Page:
Dr. Paul T. Lloyd, a pioneer in osteopathic radiology, died Saturday. He was 94 and lived in Wayne. Lloyd is credited with being the first to bring the concept of radiation therapy to the osteopathic profession and served as a consultant to osteopathic radiologists throughout the country. He also was an innovator in breast cancer screening programs. He initiated routine X-rays for breast cancer screenings as early as 1930. In 1934 he introduced a post-treatment "follow-up" program for cancer patients, recommending that the follow-up be extended from five years to the patient's lifetime.
NEWS
September 22, 2000 | By Susan FitzGerald, INQUIRER STAFF WRITER
Dr. Howard Pollack, an internationally known expert in radiology and urology and professor emeritus at the University of Pennsylvania, died Wednesday at Abington Memorial Hospital. Dr. Pollack, 72, helped develop the use of imaging techniques such as ultrasound to diagnose and treat diseases of the urinary and reproductive systems and was a pioneer in using lithotripsy, or shock waves, to crush kidney stones. A longtime resident of Cheltenham who lived more recently in Jenkintown, Dr. Pollack edited the textbook that is considered the bible of the field of uroradiology, and doctors from across the world called on him for advice.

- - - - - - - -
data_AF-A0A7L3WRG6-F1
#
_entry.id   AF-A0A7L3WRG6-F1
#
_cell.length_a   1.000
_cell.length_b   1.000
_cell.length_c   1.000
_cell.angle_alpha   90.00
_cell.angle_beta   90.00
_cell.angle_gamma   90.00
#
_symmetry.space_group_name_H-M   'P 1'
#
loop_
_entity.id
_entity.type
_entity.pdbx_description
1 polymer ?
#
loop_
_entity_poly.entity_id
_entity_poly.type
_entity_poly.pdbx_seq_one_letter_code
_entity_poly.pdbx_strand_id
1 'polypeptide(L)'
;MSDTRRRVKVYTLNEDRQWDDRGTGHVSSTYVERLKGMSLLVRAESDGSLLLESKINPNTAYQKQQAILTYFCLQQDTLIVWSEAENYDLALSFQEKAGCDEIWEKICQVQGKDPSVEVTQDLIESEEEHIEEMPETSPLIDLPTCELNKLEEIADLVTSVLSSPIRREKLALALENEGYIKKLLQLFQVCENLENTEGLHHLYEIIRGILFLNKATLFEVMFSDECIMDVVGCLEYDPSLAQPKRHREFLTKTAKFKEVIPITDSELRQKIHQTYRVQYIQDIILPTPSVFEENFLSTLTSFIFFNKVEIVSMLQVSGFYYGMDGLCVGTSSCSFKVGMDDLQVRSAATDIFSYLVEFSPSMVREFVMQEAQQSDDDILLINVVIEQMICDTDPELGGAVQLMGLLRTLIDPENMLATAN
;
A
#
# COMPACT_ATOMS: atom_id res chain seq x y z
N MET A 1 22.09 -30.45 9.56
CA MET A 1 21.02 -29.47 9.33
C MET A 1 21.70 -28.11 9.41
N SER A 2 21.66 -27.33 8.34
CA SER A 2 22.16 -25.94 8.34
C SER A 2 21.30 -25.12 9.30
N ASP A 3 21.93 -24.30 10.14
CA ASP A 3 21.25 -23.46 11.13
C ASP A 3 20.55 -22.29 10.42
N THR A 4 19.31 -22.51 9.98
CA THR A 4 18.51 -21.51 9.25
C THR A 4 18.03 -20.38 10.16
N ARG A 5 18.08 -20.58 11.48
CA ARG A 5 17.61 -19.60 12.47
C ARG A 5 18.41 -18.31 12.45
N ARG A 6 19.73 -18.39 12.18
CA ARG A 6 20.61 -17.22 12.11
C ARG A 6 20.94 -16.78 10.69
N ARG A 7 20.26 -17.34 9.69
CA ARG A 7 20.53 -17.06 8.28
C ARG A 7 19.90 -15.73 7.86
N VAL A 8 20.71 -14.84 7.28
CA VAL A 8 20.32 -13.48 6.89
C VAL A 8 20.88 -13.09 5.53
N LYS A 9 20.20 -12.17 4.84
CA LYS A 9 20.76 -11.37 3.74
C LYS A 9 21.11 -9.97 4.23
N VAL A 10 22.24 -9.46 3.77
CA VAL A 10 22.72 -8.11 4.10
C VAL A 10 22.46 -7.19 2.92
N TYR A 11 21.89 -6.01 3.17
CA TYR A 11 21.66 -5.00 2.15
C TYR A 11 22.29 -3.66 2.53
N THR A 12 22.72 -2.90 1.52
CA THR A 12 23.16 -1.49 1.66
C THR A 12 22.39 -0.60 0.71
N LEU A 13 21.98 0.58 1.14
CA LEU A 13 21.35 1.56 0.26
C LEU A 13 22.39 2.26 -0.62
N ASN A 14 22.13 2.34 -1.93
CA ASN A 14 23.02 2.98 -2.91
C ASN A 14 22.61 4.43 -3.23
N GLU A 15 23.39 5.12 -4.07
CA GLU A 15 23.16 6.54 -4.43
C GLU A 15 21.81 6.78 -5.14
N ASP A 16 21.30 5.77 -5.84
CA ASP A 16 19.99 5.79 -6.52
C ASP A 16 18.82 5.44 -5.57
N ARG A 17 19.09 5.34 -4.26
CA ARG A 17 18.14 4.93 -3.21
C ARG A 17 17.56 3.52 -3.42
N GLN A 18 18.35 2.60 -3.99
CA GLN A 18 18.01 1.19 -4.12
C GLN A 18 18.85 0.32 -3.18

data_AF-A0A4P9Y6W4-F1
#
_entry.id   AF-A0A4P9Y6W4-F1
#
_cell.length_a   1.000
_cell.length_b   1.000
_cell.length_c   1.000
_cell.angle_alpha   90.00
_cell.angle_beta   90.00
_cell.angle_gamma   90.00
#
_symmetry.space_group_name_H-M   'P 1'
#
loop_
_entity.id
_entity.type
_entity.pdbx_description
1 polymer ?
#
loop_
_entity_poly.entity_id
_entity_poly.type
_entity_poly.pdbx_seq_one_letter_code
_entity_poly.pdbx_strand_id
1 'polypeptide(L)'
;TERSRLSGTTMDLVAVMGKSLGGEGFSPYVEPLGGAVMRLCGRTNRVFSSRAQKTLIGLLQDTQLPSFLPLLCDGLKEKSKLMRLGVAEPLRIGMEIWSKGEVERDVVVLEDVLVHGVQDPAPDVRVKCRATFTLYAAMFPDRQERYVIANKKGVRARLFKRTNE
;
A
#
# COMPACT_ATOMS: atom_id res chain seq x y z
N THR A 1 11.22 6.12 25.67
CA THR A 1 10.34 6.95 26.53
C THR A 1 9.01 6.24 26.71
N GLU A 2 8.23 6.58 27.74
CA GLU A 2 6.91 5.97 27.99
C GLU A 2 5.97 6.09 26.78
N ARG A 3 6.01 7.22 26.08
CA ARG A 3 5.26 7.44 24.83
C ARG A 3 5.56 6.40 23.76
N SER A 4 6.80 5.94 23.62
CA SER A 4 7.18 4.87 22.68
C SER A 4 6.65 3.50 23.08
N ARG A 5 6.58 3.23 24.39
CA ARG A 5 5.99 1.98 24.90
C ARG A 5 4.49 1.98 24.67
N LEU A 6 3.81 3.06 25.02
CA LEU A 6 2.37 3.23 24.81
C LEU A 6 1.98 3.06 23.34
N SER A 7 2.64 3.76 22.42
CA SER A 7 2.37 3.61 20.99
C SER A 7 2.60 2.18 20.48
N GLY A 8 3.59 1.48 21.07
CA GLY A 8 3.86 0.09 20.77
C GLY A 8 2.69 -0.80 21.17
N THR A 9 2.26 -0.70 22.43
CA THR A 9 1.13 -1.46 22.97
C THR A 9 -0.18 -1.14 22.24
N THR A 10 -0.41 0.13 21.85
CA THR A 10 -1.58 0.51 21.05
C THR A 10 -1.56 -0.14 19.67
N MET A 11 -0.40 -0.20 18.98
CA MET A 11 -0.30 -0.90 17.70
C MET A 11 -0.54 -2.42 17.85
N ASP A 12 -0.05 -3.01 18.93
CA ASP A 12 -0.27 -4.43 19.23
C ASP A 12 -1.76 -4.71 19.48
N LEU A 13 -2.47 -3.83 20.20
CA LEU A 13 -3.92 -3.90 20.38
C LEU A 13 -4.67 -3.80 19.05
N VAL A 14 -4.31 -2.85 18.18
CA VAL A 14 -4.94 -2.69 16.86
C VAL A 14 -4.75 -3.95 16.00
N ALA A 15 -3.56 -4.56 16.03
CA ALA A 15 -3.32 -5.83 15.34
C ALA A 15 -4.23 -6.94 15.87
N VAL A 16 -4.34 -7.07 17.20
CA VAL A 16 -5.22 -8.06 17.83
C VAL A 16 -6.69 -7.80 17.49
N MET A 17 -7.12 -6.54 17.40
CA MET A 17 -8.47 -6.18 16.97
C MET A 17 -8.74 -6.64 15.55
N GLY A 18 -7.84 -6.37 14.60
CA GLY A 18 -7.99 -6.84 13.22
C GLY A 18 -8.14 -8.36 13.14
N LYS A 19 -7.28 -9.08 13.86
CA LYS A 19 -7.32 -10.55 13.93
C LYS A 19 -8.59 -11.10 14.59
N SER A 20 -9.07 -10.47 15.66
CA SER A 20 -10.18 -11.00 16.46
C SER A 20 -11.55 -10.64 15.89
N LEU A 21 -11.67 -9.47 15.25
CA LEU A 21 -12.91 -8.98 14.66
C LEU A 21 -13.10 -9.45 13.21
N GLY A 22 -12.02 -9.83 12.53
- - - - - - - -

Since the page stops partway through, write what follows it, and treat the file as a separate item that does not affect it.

NEWS
August 31, 1989 | By Chuck McDevitt, Special to The Inquirer